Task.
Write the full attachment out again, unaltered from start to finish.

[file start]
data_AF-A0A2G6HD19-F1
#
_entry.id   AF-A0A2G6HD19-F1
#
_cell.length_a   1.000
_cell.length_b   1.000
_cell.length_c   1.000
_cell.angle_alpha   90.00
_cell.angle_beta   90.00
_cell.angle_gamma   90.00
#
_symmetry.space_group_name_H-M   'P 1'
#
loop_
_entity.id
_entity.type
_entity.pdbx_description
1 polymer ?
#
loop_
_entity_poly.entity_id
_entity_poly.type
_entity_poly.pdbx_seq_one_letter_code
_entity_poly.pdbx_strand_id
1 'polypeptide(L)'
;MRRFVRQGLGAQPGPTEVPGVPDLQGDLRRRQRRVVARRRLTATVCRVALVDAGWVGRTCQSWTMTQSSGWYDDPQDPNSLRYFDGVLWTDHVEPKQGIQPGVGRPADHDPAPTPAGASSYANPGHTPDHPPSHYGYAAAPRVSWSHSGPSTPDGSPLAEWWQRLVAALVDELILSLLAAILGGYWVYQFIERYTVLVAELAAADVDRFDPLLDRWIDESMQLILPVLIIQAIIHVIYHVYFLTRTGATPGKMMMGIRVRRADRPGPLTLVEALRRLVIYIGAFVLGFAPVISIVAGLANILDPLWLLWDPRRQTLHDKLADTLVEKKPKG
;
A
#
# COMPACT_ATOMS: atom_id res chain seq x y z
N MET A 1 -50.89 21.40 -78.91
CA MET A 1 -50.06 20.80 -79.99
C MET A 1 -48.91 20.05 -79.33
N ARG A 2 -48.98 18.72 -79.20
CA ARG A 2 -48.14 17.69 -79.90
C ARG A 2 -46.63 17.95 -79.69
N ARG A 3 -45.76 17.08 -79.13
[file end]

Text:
data_AF-A0A2G6HD19-F1
#
_entry.id   AF-A0A2G6HD19-F1
#
_cell.length_a   1.000
_cell.length_b   1.000
_cell.length_c   1.000
_cell.angle_alpha   90.00
_cell.angle_beta   90.00
_cell.angle_gamma   90.00
#
_symmetry.space_group_name_H-M   'P 1'
#
loop_
_entity.id
_entity.type
_entity.pdbx_description
1 polymer ?
#
loop_
_entity_poly.entity_id
_entity_poly.type
_entity_poly.pdbx_seq_one_letter_code
_entity_poly.pdbx_strand_id
1 'polypeptide(L)'
;MRRFVRQGLGAQPGPTEVPGVPDLQGDLRRRQRRVVARRRLTATVCRVALVDAGWVGRTCQSWTMTQSSGWYDDPQDPNSLRYFDGVLWTDHVEPKQGIQPGVGRPADHDPAPTPAGASSYANPGHTPDHPPSHYGYAAAPRVSWSHSGPSTPDGSPLAEWWQRLVAALVDELILSLLAAILGGYWVYQFIERYTVLVAELAAADVDRFDPLLDRWIDESMQLILPVLIIQAIIHVIYHVYFLTRTGATPGKMMMGIRVRRADRPGPLTLVEALRRLVIYIGAFVLGFAPVISIVAGLANILDPLWLLWDPRRQTLHDKLADTLVEKKPKG
;
A
#
# COMPACT_ATOMS: atom_id res chain seq x y z
N MET A 1 -50.89 21.40 -78.91
CA MET A 1 -50.06 20.80 -79.99
C MET A 1 -48.91 20.05 -79.33
N ARG A 2 -48.98 18.72 -79.20
CA ARG A 2 -48.14 17.69 -79.90
C ARG A 2 -46.63 17.95 -79.69
N ARG A 3 -45.76 17.08 -79.13